There are two excellent workarounds if you don’t have a grinder. The first is to ask your butcher to grind for you, or purchase pre-ground. The second is to use a food processor to “grind” it. That method is a little more tricky, but my foray into making donair meat has shown me it is quite possible with excellent results.

If you make your own sausage you know exactly what goes into them. No preservatives, no chemical colour, etc. You also have – which piques my interest more – the ability to get the exact flavour you want. Think about it. A recipe calls for specific spices… There’s nothing stopping you from tailoring your sausage meat to dovetail with the other flavours in the dish. 

I may try apple and sage using dried apple rings come Autumn, or even – hold on to your hat – weiner meat. Homemade will have no snouts, tails, ears or other undefined “cuts” which may (or may not) routinely go in to that barbecue season staple.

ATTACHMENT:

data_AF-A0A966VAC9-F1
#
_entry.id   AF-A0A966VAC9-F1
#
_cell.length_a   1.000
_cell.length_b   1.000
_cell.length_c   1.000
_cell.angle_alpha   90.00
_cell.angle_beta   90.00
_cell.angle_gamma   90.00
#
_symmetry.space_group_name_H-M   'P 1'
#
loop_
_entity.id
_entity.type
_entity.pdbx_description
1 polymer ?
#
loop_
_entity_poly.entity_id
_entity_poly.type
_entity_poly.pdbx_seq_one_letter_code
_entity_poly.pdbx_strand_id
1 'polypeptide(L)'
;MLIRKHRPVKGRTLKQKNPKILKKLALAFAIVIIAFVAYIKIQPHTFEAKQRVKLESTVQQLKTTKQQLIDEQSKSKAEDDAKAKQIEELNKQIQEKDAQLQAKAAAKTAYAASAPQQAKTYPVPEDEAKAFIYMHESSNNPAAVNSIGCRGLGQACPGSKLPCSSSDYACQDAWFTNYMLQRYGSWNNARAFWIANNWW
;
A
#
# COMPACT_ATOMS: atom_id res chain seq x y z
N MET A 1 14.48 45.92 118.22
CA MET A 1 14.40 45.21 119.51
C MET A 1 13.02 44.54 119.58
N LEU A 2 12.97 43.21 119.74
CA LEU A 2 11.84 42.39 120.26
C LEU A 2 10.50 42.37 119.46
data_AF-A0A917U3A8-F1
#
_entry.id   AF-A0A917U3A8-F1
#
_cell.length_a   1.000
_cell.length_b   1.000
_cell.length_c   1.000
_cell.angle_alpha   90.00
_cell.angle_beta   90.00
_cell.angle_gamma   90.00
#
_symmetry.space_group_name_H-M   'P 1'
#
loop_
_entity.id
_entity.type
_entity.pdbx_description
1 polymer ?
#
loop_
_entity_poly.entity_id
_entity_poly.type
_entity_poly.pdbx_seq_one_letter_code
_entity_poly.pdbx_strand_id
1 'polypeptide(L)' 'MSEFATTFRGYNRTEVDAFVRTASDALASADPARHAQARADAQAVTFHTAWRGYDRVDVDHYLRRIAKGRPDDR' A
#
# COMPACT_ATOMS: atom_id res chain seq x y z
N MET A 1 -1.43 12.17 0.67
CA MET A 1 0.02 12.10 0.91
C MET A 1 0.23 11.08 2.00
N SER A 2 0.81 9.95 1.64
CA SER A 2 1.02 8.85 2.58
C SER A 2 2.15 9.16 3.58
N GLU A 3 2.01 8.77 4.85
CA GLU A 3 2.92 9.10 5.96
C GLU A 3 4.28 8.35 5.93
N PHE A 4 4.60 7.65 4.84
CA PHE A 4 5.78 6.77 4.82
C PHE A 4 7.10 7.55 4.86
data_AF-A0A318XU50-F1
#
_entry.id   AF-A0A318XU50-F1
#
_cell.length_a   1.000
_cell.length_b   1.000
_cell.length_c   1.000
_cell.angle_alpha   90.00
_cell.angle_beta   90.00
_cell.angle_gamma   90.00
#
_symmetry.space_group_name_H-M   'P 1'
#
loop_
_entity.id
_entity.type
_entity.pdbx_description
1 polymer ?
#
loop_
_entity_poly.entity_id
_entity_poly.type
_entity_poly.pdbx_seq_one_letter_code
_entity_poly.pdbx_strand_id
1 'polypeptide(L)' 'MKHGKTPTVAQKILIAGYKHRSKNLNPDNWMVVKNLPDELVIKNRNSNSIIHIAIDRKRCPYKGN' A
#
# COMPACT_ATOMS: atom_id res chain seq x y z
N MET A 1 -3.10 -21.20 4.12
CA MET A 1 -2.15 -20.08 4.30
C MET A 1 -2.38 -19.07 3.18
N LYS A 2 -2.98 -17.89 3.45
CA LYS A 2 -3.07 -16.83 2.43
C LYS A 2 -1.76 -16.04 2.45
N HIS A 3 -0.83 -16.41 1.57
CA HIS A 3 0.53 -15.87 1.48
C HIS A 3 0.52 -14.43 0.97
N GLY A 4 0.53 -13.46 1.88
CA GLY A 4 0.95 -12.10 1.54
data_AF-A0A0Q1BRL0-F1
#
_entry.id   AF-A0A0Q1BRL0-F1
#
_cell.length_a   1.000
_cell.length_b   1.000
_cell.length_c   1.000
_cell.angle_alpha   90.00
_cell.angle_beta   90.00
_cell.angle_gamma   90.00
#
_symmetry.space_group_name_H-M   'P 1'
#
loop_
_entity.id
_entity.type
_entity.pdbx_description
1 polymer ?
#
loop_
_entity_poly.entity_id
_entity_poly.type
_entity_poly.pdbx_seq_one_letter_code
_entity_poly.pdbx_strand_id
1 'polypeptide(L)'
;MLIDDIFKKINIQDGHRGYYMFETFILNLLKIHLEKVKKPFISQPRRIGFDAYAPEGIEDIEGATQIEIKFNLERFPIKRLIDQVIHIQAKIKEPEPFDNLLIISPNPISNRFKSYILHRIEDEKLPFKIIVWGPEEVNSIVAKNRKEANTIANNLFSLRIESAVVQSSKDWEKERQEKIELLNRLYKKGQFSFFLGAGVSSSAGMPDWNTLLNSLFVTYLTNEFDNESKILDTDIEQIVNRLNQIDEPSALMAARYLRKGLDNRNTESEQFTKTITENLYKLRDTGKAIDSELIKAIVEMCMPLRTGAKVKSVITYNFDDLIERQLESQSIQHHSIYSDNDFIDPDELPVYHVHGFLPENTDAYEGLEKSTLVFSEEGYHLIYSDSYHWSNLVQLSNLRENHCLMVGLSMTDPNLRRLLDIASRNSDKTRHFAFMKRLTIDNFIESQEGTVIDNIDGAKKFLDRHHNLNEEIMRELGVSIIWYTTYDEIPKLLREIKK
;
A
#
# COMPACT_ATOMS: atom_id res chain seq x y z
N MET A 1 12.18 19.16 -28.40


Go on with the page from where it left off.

For the adventurous amateur chef knowing you can make your own sausage easily is exciting news.

This is the spice mixture for 1-1/4 lbs of sausage. It
looked like a lot, but was exactly right with no adjustment.
I’m not quite sure yet how I’ll use my finished sausage meat, but I’ll find some use. Tasty patties, pizza, or pasta sauce. The possibilities are only limited by your creativity. Right now I’m leaning toward pizza with roasted garlic, spinach from the garden, onions and provolone cheese…

The recipe outlined below has quantities for 4 lbs of sausage or 1-1/4 lbs, approximately. If you want to make a lot and freeze or just enough for a dinner for four it’s got you covered.

On a side note, I’ve been reading about homemade bacon. Apparently it is almost unrecognizable compared to the pre-packaged, artificially flavoured slabs of fat we buy at the grocery. Once I find somewhere that sells pork belly, I’ll be off and running with that. I understand it’s even relatively easy to “smoke” if you have a non-gas barbecue.

Homemade Hot and Sweet Italian Sausage
Makes either 4 lbs (or 1-1/4 lbs, quantities in brackets)

This is a raw pork butt roast. Note how marbled it is.
Photo: BBQ Junkie, Flickr ccl